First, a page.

Six common questions about the First Home Owners Grant

uno adviser, Kristie Oldfield, fields questions about the First Home Owners Grant on a daily basis. Here, she breaks down the six most common questions she gets asked, and answers them for you.

| | 4 minute read

The First Home Owners Grant (FHOG) is money given by state governments to assist people to purchase their first home. It is only available for purchases of newly-built homes that have never been lived in, and the amounts vary from state to state. Queensland and Tasmania offer the most generous grant, at $20,000 for first home buyers. However, with the high cost of stamp duty in NSW, in that state the overall savings also end up quite high, at $10,000.

This website contains links to each state’s First Home Owners Grant page, featuring further information.

In the meantime, here are six of the most common questions we get asked about the First Home Owners Grant.

1 – How do I go about getting the First Home Owners Grant? Does the lender organise it for me or do I have to do it myself?

Most banks will organise and process the First Home Owners Grant application on your behalf.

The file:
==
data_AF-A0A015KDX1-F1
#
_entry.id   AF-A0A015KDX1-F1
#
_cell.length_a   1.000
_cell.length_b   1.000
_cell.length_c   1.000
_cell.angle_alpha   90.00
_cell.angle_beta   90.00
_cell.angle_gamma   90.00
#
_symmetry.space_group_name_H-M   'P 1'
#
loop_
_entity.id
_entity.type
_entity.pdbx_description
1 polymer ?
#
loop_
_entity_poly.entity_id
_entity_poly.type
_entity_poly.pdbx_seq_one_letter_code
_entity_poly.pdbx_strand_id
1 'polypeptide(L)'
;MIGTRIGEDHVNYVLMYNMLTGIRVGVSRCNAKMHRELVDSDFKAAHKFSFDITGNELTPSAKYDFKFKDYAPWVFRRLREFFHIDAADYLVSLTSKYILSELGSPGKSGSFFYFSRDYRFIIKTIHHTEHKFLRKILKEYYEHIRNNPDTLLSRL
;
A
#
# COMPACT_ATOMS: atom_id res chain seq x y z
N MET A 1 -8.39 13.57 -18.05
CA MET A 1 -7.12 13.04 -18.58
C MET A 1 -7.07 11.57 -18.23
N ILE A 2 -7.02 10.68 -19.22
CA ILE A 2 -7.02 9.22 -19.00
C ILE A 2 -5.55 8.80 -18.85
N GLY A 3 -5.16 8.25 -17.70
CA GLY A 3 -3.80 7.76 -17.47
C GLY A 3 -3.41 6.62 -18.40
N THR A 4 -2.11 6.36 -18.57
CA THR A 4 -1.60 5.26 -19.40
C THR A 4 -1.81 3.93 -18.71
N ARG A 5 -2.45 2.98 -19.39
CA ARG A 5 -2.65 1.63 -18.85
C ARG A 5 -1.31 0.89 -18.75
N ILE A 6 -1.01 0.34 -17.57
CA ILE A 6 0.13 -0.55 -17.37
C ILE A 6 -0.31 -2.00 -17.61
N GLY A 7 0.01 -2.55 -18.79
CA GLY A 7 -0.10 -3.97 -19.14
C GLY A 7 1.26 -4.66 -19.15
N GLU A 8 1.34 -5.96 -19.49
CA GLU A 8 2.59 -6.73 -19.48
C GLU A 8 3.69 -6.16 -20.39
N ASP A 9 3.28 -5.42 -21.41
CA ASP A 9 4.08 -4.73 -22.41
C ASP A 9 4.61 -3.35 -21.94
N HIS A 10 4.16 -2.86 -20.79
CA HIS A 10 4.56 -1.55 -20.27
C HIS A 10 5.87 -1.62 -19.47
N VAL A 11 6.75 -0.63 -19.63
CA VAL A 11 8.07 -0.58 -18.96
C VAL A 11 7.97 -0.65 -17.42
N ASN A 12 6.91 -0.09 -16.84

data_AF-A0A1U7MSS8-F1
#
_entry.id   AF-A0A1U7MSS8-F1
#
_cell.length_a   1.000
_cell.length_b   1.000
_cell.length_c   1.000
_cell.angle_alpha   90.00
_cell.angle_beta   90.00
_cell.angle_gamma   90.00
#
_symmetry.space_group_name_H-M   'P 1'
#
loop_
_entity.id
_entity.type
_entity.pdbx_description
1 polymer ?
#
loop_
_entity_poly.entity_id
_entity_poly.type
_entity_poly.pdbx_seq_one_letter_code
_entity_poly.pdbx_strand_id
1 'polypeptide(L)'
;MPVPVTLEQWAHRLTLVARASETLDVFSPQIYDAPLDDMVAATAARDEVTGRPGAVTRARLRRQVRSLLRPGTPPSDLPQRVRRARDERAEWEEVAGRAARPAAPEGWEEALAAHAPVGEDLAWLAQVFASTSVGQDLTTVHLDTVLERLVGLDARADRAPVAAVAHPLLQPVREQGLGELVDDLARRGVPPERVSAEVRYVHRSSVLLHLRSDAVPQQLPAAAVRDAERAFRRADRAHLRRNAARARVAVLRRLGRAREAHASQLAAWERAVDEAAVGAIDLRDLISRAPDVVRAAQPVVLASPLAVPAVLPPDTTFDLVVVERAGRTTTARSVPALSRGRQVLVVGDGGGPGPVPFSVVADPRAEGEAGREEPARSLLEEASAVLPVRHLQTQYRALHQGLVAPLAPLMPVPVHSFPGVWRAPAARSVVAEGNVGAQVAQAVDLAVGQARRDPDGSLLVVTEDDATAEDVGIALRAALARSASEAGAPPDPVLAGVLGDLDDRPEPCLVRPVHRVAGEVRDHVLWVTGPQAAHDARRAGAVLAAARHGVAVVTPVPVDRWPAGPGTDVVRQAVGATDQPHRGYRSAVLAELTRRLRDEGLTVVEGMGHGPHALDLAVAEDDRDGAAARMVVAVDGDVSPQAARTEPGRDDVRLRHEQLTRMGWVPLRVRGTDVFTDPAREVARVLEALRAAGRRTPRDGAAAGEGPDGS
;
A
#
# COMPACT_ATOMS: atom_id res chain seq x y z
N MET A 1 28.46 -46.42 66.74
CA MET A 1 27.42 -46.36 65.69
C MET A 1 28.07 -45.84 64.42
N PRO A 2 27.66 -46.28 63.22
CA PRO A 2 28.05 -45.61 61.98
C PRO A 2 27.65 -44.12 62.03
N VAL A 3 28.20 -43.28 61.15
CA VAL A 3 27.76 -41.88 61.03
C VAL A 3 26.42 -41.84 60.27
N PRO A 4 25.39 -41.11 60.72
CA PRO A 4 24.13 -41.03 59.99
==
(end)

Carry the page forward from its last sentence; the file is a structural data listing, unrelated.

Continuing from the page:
At uno, we provide our clients with a homeowner’s grant application form and assist them with completing the paperwork and gathering the necessary documents, including proof of identity, proof that you are a citizen or permanent resident, and proof of your current residential address. Once you’ve done this, we send it along to your approved lender and they take it from there.

It’s really important that you speak to your solicitor about your eligibility for the grant.

2 – Can I use the First Home Owners Grant as my deposit?

This is a common question and it’s a little confusing. The answer is no and yes. No you can’t, because the money isn’t made available to you until further along in the house purchase process. However, it will be considered as part of your overall contribution to the purchase once it’s made available, so in that sense, yes it can be used towards your home payment.

It should be noted that the FHOG is not actually paid to you – i.e. you don’t collect the mail one day and find a fat cheque from the government (unfortunately!). Rather, when you get to settlement, the money is made available to your solicitor to direct as required.

Furthermore, if you’re buying a house and land package, the money is, in some cases, ready to go once a concrete slab has been laid for the property, so the funds can be made available to draw in the construction process.

3 – Can I apply for the First Home Owners Grant in multiple states?

No. You can only receive the First Home Owners Grant once, and land title records in the various states show whether or not you’ve previously owned property. It is up to your solicitor to verify that you are eligible for the grant.

4 – Can I get the grant if I’m buying an investment property?